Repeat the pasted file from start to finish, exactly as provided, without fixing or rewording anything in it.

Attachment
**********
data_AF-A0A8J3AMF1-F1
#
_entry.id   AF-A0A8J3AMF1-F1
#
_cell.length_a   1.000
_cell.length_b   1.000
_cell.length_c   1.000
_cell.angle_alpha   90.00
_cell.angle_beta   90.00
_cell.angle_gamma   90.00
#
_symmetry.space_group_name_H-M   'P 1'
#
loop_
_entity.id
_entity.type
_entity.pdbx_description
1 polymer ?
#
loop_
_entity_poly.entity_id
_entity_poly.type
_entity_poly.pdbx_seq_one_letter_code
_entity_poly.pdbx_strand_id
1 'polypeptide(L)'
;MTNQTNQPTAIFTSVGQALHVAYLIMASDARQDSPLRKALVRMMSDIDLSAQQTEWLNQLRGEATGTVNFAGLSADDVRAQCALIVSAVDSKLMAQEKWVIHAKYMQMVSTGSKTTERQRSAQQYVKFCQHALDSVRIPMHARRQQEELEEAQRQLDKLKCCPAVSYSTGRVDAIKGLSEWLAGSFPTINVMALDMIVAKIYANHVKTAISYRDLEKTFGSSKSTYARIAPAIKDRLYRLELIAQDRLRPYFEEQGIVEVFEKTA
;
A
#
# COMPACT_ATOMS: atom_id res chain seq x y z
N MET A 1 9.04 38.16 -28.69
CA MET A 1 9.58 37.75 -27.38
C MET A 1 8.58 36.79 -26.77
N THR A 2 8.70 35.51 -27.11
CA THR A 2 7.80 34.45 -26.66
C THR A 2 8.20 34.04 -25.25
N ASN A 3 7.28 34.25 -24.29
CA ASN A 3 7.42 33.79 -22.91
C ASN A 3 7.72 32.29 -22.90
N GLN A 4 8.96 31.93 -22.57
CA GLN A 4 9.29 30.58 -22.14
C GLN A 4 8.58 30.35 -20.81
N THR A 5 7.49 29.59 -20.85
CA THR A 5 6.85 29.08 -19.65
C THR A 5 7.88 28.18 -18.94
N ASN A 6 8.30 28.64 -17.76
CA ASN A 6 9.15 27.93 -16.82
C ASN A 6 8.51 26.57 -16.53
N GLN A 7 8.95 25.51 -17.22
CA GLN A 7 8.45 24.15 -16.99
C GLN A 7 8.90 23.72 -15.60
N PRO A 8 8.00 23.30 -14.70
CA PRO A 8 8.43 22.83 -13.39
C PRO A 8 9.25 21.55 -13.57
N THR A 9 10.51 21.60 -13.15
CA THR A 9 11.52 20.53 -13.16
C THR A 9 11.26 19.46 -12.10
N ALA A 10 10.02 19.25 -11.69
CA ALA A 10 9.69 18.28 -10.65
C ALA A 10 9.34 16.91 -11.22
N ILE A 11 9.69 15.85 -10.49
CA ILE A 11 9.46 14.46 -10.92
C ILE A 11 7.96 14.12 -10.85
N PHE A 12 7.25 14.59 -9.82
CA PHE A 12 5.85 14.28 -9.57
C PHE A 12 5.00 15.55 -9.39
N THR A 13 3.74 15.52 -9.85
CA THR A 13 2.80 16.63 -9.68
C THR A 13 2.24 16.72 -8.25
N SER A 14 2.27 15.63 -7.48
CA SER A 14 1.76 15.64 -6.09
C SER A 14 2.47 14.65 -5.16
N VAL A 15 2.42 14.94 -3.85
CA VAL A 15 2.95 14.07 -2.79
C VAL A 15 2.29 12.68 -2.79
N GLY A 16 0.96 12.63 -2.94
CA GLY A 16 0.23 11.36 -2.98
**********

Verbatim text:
data_AF-A0A8J3AMF1-F1
#
_entry.id   AF-A0A8J3AMF1-F1
#
_cell.length_a   1.000
_cell.length_b   1.000
_cell.length_c   1.000
_cell.angle_alpha   90.00
_cell.angle_beta   90.00
_cell.angle_gamma   90.00
#
_symmetry.space_group_name_H-M   'P 1'
#
loop_
_entity.id
_entity.type
_entity.pdbx_description
1 polymer ?
#
loop_
_entity_poly.entity_id
_entity_poly.type
_entity_poly.pdbx_seq_one_letter_code
_entity_poly.pdbx_strand_id
1 'polypeptide(L)'
;MTNQTNQPTAIFTSVGQALHVAYLIMASDARQDSPLRKALVRMMSDIDLSAQQTEWLNQLRGEATGTVNFAGLSADDVRAQCALIVSAVDSKLMAQEKWVIHAKYMQMVSTGSKTTERQRSAQQYVKFCQHALDSVRIPMHARRQQEELEEAQRQLDKLKCCPAVSYSTGRVDAIKGLSEWLAGSFPTINVMALDMIVAKIYANHVKTAISYRDLEKTFGSSKSTYARIAPAIKDRLYRLELIAQDRLRPYFEEQGIVEVFEKTA
;
A
#
# COMPACT_ATOMS: atom_id res chain seq x y z
N MET A 1 9.04 38.16 -28.69
CA MET A 1 9.58 37.75 -27.38
C MET A 1 8.58 36.79 -26.77
N THR A 2 8.70 35.51 -27.11
CA THR A 2 7.80 34.45 -26.66
C THR A 2 8.20 34.04 -25.25
N ASN A 3 7.28 34.25 -24.29
CA ASN A 3 7.42 33.79 -22.91
C ASN A 3 7.72 32.29 -22.90
N GLN A 4 8.96 31.93 -22.57
CA GLN A 4 9.29 30.58 -22.14
C GLN A 4 8.58 30.35 -20.81
N THR A 5 7.49 29.59 -20.85
CA THR A 5 6.85 29.08 -19.65
C THR A 5 7.88 28.18 -18.94
N ASN A 6 8.30 28.64 -17.76
CA ASN A 6 9.15 27.93 -16.82
C ASN A 6 8.51 26.57 -16.53
N GLN A 7 8.95 25.51 -17.22
CA GLN A 7 8.45 24.15 -16.99
C GLN A 7 8.90 23.72 -15.60
N PRO A 8 8.00 23.30 -14.70
CA PRO A 8 8.43 22.83 -13.39
C PRO A 8 9.25 21.55 -13.57
N THR A 9 10.51 21.60 -13.15
CA THR A 9 11.52 20.53 -13.16
C THR A 9 11.26 19.46 -12.10
N ALA A 10 10.02 19.25 -11.69
CA ALA A 10 9.69 18.28 -10.65
C ALA A 10 9.34 16.91 -11.22
N ILE A 11 9.69 15.85 -10.49
CA ILE A 11 9.46 14.46 -10.92
C ILE A 11 7.96 14.12 -10.85
N PHE A 12 7.25 14.59 -9.82
CA PHE A 12 5.85 14.28 -9.57
C PHE A 12 5.00 15.55 -9.39
N THR A 13 3.74 15.52 -9.85
CA THR A 13 2.80 16.63 -9.68
C THR A 13 2.24 16.72 -8.25
N SER A 14 2.27 15.63 -7.48
CA SER A 14 1.76 15.64 -6.09
C SER A 14 2.47 14.65 -5.16
N VAL A 15 2.42 14.94 -3.85
CA VAL A 15 2.95 14.07 -2.79
C VAL A 15 2.29 12.68 -2.79
N GLY A 16 0.96 12.63 -2.94
CA GLY A 16 0.23 11.36 -2.98